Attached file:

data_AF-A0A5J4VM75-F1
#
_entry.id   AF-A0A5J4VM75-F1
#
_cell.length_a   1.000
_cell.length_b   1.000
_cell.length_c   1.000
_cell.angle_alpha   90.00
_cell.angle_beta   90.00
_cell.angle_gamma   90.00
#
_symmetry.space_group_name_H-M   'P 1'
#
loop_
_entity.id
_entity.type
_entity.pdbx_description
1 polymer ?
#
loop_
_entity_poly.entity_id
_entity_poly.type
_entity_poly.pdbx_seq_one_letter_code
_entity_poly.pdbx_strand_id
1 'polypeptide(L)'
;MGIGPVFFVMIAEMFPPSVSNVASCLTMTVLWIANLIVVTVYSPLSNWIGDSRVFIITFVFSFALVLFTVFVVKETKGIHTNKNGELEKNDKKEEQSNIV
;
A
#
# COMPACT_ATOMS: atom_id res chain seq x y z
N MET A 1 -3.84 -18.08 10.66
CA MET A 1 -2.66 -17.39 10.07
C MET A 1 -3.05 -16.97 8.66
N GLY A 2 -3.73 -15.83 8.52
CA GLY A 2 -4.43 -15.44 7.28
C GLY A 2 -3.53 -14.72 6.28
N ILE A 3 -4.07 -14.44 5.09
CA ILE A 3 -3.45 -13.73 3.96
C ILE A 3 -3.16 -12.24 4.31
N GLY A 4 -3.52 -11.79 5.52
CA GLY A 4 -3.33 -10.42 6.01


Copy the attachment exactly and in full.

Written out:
data_AF-A0A5J4VM75-F1
#
_entry.id   AF-A0A5J4VM75-F1
#
_cell.length_a   1.000
_cell.length_b   1.000
_cell.length_c   1.000
_cell.angle_alpha   90.00
_cell.angle_beta   90.00
_cell.angle_gamma   90.00
#
_symmetry.space_group_name_H-M   'P 1'
#
loop_
_entity.id
_entity.type
_entity.pdbx_description
1 polymer ?
#
loop_
_entity_poly.entity_id
_entity_poly.type
_entity_poly.pdbx_seq_one_letter_code
_entity_poly.pdbx_strand_id
1 'polypeptide(L)'
;MGIGPVFFVMIAEMFPPSVSNVASCLTMTVLWIANLIVVTVYSPLSNWIGDSRVFIITFVFSFALVLFTVFVVKETKGIHTNKNGELEKNDKKEEQSNIV
;
A
#
# COMPACT_ATOMS: atom_id res chain seq x y z
N MET A 1 -3.84 -18.08 10.66
CA MET A 1 -2.66 -17.39 10.07
C MET A 1 -3.05 -16.97 8.66
N GLY A 2 -3.73 -15.83 8.52
CA GLY A 2 -4.43 -15.44 7.28
C GLY A 2 -3.53 -14.72 6.28
N ILE A 3 -4.07 -14.44 5.09
CA ILE A 3 -3.45 -13.73 3.96
C ILE A 3 -3.16 -12.24 4.31
N GLY A 4 -3.52 -11.79 5.52
CA GLY A 4 -3.33 -10.42 6.01